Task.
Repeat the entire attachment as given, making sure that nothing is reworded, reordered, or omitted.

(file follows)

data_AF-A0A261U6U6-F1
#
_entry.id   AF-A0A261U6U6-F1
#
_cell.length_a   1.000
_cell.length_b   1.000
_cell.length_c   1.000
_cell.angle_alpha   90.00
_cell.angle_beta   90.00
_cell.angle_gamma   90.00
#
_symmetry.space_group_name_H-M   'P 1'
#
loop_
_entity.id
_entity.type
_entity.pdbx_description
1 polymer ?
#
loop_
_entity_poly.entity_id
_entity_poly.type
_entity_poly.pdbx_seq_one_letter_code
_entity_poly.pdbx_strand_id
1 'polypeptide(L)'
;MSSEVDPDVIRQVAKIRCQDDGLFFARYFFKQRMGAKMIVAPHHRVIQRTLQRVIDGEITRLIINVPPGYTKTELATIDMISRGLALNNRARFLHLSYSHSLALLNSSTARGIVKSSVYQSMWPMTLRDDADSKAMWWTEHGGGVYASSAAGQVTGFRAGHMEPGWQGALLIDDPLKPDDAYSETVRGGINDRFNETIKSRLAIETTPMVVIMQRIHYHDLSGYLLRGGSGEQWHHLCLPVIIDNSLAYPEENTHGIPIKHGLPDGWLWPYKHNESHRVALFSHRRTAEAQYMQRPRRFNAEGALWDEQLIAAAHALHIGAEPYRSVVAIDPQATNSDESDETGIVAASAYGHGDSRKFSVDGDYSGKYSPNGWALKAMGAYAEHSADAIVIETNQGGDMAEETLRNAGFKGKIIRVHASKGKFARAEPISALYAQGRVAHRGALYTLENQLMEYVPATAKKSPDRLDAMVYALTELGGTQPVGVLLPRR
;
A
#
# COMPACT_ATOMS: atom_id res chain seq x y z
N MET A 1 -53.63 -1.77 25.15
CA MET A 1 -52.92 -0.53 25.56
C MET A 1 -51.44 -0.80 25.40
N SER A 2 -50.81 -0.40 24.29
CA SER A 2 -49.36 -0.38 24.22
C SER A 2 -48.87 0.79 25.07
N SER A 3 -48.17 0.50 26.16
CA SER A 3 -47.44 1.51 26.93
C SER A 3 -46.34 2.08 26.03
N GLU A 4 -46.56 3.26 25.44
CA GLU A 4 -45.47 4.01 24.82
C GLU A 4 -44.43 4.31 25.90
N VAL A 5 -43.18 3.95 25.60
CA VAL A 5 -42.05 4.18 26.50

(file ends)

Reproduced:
data_AF-A0A261U6U6-F1
#
_entry.id   AF-A0A261U6U6-F1
#
_cell.length_a   1.000
_cell.length_b   1.000
_cell.length_c   1.000
_cell.angle_alpha   90.00
_cell.angle_beta   90.00
_cell.angle_gamma   90.00
#
_symmetry.space_group_name_H-M   'P 1'
#
loop_
_entity.id
_entity.type
_entity.pdbx_description
1 polymer ?
#
loop_
_entity_poly.entity_id
_entity_poly.type
_entity_poly.pdbx_seq_one_letter_code
_entity_poly.pdbx_strand_id
1 'polypeptide(L)'
;MSSEVDPDVIRQVAKIRCQDDGLFFARYFFKQRMGAKMIVAPHHRVIQRTLQRVIDGEITRLIINVPPGYTKTELATIDMISRGLALNNRARFLHLSYSHSLALLNSSTARGIVKSSVYQSMWPMTLRDDADSKAMWWTEHGGGVYASSAAGQVTGFRAGHMEPGWQGALLIDDPLKPDDAYSETVRGGINDRFNETIKSRLAIETTPMVVIMQRIHYHDLSGYLLRGGSGEQWHHLCLPVIIDNSLAYPEENTHGIPIKHGLPDGWLWPYKHNESHRVALFSHRRTAEAQYMQRPRRFNAEGALWDEQLIAAAHALHIGAEPYRSVVAIDPQATNSDESDETGIVAASAYGHGDSRKFSVDGDYSGKYSPNGWALKAMGAYAEHSADAIVIETNQGGDMAEETLRNAGFKGKIIRVHASKGKFARAEPISALYAQGRVAHRGALYTLENQLMEYVPATAKKSPDRLDAMVYALTELGGTQPVGVLLPRR
;
A
#
# COMPACT_ATOMS: atom_id res chain seq x y z
N MET A 1 -53.63 -1.77 25.15
CA MET A 1 -52.92 -0.53 25.56
C MET A 1 -51.44 -0.80 25.40
N SER A 2 -50.81 -0.40 24.29
CA SER A 2 -49.36 -0.38 24.22
C SER A 2 -48.87 0.79 25.07
N SER A 3 -48.17 0.50 26.16
CA SER A 3 -47.44 1.51 26.93
C SER A 3 -46.34 2.08 26.03
N GLU A 4 -46.56 3.26 25.44
CA GLU A 4 -45.47 4.01 24.82
C GLU A 4 -44.43 4.31 25.90
N VAL A 5 -43.18 3.95 25.60
CA VAL A 5 -42.05 4.18 26.50